One thing I love in particular about vintage Ladybird Books is just how specific they were. This week’s choice, Flying Models, is very much that. Part of the How to Make sub-series that was a 1970s addition to Series 633 it really is quite narrow in what it covers compared to so many craft books of today.
Published originally in 1979, and so full of some great kids’ late 70s fashion, a note inside the front of the book makes you feel slightly like it is trying to justify its existence from the very start:
The flying of model aircraft is recognised as a spot by the Sports Council, and the governing body of the sport is The Society of Model Aeronautical Engineers Limited.
As far as craft books go, Flying Models doesn’t really strike me as one for a complete beginner. Instead it is geared much more towards an older child, or one with lots of help, who has maybe done some model making before, and who certainly has access to a variety of materials and tools.
Starting with an introduction into the various parts of an aeroplane and how it flies, the book aims to provide some background theory about flight before lunching into how to actually make flying models. Balsa wood is introduced as the most common material used in model aircraft and it’s something I recall quite a bit of from my childhood, but now in 2020 I’m not at all sure where I would buy it if I didn’t have a good model shop nearby, or access to the internet of course!
The book has several pages detailing balsa wood, the different types available, the various adhesives you might need to use and the tools you need to make your models. It seems a shame in a way that it goes through all that before introducing the first model – a paper plane – which only needs paper, scissors and PVA glue to make. Maybe this is a reward for those children who have managed to stick with the book until page 18?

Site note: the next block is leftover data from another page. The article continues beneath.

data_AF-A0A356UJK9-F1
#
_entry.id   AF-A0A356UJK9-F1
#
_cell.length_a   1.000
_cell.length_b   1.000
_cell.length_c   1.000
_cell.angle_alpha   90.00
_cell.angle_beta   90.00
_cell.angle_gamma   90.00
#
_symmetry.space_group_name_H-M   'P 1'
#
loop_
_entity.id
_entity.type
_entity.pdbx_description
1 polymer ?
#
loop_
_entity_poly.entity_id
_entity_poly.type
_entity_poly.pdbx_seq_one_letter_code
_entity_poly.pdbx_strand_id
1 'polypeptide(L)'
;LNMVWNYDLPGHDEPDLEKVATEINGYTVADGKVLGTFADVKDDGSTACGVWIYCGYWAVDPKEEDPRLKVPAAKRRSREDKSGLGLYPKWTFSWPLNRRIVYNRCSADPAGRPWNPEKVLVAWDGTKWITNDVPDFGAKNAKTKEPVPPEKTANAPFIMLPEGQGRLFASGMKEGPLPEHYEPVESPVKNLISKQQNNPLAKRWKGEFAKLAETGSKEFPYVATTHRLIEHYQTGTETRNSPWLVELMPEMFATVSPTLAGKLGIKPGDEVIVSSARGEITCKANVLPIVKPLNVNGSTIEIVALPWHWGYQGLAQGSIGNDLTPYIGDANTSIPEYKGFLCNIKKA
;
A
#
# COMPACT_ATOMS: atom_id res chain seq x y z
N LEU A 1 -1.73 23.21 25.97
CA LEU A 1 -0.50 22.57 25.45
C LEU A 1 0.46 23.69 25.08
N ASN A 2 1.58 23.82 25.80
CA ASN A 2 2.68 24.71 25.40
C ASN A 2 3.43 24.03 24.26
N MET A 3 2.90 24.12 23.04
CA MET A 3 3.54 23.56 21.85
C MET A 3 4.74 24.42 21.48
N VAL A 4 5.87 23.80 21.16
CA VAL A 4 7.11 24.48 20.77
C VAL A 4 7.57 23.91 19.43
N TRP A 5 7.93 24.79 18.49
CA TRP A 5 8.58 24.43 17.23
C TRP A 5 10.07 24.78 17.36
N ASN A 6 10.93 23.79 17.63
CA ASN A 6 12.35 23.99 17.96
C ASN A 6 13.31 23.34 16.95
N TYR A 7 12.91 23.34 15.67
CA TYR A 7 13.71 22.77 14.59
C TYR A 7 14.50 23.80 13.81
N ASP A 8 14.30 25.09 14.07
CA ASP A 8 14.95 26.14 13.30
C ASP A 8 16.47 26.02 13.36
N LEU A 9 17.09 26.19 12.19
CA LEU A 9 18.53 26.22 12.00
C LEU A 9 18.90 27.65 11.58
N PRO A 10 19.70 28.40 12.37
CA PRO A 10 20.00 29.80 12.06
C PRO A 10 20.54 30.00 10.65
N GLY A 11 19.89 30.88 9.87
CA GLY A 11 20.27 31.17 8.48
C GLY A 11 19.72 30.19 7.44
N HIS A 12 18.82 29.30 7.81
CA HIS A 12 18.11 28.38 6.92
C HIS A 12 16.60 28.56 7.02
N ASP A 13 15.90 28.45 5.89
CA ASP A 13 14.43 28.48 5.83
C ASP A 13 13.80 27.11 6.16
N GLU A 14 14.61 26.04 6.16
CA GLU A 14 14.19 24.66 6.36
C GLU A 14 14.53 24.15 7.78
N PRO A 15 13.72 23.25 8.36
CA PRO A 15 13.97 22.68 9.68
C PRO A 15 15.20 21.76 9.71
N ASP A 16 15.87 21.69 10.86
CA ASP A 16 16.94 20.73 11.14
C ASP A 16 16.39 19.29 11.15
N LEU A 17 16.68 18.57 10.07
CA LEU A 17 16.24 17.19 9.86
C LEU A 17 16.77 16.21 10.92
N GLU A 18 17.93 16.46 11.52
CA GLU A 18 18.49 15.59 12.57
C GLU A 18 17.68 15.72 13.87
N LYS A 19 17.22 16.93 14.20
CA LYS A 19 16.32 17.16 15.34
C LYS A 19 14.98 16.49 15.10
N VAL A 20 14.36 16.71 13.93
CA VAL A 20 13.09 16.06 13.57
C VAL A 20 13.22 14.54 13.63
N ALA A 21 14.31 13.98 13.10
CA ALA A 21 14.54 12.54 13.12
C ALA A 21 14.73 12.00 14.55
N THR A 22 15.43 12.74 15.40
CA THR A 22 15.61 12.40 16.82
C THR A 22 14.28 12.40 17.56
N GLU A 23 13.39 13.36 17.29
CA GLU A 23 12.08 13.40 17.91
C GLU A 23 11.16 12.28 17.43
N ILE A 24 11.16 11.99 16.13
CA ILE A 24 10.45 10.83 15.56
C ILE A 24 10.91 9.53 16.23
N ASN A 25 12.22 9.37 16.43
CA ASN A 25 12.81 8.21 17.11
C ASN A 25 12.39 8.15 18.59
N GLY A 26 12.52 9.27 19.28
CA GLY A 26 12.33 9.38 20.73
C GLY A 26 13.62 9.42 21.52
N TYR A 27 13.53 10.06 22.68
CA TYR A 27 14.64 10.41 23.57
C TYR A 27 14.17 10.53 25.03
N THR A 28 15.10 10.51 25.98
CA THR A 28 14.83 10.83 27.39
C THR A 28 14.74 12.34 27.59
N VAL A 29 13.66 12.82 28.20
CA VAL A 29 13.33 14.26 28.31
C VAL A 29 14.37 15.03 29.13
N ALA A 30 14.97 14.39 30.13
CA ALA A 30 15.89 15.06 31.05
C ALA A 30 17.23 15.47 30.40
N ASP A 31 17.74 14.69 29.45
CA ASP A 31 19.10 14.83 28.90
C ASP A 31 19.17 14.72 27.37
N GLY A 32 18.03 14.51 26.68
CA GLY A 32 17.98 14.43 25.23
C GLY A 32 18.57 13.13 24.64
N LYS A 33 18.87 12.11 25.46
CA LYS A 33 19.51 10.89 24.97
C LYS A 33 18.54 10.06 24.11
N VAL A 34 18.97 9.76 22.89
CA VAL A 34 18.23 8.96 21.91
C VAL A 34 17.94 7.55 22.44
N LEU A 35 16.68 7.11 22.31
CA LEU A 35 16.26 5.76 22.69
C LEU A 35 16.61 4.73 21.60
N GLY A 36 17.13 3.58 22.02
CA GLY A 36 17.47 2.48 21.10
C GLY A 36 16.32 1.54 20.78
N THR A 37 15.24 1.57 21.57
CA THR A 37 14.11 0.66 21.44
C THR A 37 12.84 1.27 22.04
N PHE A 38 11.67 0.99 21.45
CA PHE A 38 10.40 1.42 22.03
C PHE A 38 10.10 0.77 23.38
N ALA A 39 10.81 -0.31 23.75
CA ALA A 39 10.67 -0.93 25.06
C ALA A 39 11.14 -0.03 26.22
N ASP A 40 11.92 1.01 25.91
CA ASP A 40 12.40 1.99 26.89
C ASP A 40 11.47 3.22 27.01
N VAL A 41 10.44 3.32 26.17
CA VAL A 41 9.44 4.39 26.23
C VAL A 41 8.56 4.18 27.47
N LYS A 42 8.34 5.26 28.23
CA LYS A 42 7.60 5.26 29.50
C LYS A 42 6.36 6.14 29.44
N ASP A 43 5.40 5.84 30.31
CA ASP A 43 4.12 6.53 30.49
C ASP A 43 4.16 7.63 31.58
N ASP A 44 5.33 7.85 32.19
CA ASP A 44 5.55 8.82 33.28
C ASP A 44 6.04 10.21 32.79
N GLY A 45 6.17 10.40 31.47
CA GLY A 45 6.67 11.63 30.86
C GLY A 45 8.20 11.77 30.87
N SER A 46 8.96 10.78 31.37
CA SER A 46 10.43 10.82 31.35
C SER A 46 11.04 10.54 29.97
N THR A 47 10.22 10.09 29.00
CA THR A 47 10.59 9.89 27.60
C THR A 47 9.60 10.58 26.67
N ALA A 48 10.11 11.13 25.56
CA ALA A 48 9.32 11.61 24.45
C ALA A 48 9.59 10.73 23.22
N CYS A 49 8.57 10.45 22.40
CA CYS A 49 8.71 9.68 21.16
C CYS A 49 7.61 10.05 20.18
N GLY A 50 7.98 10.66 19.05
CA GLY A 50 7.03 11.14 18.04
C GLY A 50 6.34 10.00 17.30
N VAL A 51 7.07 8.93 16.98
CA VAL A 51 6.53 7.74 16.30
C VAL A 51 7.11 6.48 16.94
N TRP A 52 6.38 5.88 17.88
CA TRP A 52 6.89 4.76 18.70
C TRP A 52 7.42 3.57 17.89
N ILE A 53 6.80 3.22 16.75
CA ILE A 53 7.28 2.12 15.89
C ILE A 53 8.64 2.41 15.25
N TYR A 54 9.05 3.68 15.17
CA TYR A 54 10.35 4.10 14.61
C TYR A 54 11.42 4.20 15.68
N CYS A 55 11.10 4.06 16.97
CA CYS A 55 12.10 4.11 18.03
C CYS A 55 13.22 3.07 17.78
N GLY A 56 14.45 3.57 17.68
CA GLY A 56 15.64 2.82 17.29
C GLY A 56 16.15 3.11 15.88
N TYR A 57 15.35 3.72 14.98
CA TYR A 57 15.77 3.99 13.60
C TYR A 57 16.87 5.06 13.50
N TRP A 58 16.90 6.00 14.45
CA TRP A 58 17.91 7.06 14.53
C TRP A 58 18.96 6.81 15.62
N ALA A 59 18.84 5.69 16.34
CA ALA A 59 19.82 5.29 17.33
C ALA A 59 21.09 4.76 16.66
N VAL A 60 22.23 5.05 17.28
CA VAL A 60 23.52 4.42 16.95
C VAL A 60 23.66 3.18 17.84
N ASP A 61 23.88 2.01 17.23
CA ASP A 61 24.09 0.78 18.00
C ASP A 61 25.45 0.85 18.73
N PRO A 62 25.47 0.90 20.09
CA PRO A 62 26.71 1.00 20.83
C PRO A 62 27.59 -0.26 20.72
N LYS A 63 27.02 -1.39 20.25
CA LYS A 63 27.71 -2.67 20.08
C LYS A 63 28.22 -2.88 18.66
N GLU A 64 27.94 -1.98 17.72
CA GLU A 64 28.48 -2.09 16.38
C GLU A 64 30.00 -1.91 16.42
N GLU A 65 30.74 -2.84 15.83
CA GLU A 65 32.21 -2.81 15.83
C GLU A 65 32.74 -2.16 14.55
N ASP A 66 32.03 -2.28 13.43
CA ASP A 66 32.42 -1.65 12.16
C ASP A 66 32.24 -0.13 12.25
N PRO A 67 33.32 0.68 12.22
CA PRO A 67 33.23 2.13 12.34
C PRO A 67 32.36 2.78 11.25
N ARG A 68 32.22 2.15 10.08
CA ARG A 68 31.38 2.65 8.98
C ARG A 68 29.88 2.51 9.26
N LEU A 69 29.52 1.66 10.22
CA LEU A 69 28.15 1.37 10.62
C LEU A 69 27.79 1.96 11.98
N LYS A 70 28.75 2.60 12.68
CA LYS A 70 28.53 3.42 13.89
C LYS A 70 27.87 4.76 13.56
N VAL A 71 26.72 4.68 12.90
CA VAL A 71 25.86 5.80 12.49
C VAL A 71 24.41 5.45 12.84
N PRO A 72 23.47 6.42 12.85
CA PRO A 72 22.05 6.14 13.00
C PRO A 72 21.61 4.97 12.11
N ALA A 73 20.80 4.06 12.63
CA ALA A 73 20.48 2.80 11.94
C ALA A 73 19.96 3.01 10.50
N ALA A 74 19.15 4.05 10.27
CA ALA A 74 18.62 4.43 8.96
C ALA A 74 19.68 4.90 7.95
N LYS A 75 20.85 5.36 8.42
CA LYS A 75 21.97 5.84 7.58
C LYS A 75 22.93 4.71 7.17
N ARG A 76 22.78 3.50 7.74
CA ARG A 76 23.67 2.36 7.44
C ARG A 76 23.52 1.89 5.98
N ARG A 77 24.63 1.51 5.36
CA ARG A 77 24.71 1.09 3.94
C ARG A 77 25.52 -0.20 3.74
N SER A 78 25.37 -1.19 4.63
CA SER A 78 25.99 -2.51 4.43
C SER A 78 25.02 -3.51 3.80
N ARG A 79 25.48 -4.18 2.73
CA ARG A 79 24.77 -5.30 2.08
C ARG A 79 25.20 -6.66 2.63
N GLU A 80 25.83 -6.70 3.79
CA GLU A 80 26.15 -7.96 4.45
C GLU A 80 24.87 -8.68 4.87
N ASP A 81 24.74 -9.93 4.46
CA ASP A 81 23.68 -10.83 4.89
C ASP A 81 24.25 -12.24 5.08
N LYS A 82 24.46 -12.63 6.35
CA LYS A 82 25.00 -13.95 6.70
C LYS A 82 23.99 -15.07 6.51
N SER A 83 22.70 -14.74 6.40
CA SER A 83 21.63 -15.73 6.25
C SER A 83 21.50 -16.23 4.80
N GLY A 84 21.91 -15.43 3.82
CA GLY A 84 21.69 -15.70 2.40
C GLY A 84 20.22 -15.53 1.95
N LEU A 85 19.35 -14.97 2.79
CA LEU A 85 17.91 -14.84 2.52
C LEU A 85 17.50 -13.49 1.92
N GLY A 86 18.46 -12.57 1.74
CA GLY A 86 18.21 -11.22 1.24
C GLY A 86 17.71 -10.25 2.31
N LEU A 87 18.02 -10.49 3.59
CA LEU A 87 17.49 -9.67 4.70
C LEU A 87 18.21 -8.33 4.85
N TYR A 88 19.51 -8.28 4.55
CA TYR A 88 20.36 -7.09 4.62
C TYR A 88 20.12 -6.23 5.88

Once the paper plane has been mastered the book then moves on to boomerangs made of plywood and a balsa wood glider. Both the sorts of wholesome projects that you can really imagine a Ladybird era child embarking on on a weekend with their Father in the shed whilst Mother makes dinner in the kitchen.
In fairness though Flying Models is a brilliant book for children who are really interested in aerodynamics and making aircraft whilst understanding some of the principle behind them. There are detailed drawings showing what you need with all the measurements on them. It’s not everyday that a children’s book has diagrams labelled with terms like “wing dihedral diagram”. For anyone wondering dihedral means “inclination of an aircraft’s wing from the horizontal, especially upwards away from the fuselage”. Even having a degree in engineering this was something I had to go and look up!
I honestly have no idea if you could get a children’s book as detailed as this in modern times, but it really would be perfect for children who are showing an interest in aerodynamics and would definitely be the basis of some physics lessons should I ever need to homeschool again. I just need to find myself a balsa wood supplier and raid the OH’s tool bag first.
About Ladybird Tuesday
Ladybird Tuesday is a regular feature here on Penny Reads, where I delve into my Ladybird book collection and choose a title to share with my readers. The weekly series originally started on my old blog, Being Mrs C, and this post originally appeared on there. I’m now in the process of moving all those posts over to Penny Reads and also adding titles that I have acquired since then. A list is currently being compiled here of all the titles I have in my collection.